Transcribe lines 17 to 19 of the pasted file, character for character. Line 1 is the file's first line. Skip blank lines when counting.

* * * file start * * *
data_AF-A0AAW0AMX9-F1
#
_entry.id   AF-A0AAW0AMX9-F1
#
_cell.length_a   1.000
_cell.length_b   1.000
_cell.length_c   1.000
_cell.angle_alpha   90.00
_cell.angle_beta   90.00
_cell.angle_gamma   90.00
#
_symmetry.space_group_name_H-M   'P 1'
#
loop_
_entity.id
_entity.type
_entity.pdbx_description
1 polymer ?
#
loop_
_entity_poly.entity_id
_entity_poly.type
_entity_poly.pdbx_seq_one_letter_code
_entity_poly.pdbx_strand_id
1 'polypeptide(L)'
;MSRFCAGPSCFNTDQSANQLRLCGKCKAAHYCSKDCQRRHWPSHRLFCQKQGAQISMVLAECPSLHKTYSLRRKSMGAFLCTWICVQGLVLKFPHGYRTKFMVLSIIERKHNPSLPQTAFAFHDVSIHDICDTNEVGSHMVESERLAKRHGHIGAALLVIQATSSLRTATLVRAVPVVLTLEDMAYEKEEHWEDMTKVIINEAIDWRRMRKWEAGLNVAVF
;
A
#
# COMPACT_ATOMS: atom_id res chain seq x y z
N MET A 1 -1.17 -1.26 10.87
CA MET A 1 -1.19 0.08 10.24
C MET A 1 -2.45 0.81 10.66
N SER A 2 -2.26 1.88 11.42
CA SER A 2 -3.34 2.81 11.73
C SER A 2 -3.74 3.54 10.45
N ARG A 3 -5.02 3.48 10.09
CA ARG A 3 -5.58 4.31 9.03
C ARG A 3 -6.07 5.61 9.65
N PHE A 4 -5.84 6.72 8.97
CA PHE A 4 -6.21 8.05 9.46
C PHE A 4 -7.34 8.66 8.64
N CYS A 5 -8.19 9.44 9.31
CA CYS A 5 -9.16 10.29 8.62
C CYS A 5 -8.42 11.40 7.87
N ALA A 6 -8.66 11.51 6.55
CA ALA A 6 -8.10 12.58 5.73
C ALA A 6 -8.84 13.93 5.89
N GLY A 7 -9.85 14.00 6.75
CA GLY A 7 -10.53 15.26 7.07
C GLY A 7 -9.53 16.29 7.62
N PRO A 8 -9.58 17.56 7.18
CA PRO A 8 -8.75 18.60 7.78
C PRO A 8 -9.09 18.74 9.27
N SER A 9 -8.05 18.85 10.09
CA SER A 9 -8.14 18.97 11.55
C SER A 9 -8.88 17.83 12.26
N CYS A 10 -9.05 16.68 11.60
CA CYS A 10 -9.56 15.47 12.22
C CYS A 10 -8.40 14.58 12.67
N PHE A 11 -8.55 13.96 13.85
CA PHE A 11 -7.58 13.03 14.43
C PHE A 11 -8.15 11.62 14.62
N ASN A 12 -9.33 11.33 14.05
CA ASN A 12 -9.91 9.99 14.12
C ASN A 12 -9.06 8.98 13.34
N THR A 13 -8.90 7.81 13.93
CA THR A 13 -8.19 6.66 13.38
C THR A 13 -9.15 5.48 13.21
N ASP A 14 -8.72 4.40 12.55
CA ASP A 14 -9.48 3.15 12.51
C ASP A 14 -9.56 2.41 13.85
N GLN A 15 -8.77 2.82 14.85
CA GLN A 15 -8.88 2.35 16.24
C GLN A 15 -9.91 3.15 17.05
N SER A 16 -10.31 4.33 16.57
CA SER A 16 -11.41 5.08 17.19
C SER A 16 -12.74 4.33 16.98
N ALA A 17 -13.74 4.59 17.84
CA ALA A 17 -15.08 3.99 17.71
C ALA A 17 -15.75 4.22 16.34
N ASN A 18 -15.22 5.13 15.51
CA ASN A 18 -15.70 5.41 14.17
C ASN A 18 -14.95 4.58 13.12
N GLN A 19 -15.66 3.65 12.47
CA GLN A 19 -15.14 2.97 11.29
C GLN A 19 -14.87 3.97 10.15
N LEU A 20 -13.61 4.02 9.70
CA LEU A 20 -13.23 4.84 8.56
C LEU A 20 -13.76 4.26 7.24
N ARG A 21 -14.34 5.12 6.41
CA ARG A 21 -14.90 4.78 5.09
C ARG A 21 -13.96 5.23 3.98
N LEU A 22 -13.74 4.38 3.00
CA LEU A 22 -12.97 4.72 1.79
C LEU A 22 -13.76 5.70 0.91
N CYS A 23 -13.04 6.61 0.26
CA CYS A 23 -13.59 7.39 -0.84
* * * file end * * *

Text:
_entity.pdbx_description
1 polymer ?
#